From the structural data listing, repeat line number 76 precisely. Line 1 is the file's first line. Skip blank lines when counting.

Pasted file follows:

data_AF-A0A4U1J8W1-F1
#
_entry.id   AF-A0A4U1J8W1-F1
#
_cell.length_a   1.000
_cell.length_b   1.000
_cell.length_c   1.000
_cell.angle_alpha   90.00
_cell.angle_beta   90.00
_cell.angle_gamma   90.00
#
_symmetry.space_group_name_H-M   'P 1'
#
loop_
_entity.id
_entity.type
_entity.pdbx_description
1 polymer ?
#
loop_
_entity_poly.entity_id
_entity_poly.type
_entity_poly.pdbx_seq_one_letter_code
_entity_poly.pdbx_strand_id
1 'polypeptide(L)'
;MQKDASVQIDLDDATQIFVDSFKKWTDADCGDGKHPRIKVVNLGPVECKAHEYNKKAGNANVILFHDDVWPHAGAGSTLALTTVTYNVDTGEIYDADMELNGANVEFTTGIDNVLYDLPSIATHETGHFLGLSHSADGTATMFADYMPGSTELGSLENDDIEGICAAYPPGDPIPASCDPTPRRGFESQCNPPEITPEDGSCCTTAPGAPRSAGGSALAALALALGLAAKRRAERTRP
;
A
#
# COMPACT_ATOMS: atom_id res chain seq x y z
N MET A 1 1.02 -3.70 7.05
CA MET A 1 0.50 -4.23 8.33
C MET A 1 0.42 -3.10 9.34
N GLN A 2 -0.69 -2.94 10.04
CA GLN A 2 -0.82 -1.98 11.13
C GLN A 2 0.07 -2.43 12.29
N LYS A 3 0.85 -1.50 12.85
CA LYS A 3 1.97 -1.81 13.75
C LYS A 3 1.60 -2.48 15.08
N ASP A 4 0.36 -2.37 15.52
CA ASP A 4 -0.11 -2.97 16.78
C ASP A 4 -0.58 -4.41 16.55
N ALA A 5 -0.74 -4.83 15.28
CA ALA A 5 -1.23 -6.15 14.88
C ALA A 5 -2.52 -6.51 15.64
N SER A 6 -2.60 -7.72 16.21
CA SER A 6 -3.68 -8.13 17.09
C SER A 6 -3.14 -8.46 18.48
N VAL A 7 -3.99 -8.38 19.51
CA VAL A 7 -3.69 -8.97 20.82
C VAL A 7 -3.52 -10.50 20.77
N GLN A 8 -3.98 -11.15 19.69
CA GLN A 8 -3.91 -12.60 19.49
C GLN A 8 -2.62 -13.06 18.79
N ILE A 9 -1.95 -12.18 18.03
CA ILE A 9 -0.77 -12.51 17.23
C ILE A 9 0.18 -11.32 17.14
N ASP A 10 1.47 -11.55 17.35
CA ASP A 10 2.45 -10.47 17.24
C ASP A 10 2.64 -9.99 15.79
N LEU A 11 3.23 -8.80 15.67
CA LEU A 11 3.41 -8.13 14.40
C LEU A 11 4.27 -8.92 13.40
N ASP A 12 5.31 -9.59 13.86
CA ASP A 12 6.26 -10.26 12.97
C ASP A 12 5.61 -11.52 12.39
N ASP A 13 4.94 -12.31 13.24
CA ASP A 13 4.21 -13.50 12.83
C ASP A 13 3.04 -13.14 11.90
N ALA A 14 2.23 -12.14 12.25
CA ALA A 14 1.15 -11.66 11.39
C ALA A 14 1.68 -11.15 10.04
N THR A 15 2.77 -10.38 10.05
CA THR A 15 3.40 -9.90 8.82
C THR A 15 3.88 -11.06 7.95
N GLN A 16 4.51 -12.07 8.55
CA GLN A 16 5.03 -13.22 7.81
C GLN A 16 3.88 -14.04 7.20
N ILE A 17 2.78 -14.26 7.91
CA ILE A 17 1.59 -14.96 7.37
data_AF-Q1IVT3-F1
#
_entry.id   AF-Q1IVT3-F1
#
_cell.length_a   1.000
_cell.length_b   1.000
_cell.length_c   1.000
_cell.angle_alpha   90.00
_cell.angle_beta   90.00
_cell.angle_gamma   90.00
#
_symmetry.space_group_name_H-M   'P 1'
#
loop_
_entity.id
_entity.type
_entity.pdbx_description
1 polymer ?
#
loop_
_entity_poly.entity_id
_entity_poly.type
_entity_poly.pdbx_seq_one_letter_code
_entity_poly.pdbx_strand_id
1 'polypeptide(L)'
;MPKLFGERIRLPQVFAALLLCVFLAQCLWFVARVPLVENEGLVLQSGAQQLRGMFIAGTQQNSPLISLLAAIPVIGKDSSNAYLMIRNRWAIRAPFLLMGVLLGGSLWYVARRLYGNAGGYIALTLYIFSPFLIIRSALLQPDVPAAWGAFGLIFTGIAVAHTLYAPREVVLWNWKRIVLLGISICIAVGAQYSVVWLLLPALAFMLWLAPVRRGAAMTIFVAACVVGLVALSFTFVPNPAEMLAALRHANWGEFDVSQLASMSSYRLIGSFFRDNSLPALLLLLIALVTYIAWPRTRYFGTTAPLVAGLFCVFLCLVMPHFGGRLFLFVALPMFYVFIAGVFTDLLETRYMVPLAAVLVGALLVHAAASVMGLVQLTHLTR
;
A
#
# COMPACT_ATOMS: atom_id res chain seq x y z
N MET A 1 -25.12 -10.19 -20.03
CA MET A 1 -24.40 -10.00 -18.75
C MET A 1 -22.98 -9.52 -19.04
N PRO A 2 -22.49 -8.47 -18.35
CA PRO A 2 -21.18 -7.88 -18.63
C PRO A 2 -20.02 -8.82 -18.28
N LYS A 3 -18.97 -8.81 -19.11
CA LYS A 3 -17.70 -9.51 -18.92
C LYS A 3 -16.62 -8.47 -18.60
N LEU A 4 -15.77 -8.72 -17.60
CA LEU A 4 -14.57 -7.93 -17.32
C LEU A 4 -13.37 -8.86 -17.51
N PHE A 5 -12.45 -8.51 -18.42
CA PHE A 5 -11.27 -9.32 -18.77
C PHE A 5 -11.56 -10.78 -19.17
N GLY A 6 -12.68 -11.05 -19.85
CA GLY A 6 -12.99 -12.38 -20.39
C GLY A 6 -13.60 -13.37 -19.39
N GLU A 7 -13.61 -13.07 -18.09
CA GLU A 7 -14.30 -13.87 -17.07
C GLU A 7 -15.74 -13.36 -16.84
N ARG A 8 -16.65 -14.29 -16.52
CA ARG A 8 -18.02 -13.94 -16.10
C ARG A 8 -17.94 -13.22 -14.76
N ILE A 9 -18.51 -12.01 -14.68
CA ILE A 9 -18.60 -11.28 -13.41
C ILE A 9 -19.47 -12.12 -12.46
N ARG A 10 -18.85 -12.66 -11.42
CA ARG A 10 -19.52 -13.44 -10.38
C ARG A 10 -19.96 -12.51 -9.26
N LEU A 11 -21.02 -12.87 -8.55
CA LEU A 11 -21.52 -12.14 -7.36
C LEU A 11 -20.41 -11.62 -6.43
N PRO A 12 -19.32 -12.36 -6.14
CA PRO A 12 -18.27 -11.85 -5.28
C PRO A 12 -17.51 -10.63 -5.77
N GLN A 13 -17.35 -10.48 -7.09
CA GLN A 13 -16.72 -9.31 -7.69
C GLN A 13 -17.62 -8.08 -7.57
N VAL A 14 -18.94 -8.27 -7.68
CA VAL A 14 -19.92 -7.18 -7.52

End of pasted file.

N GLN A 16 4.51 -12.07 8.55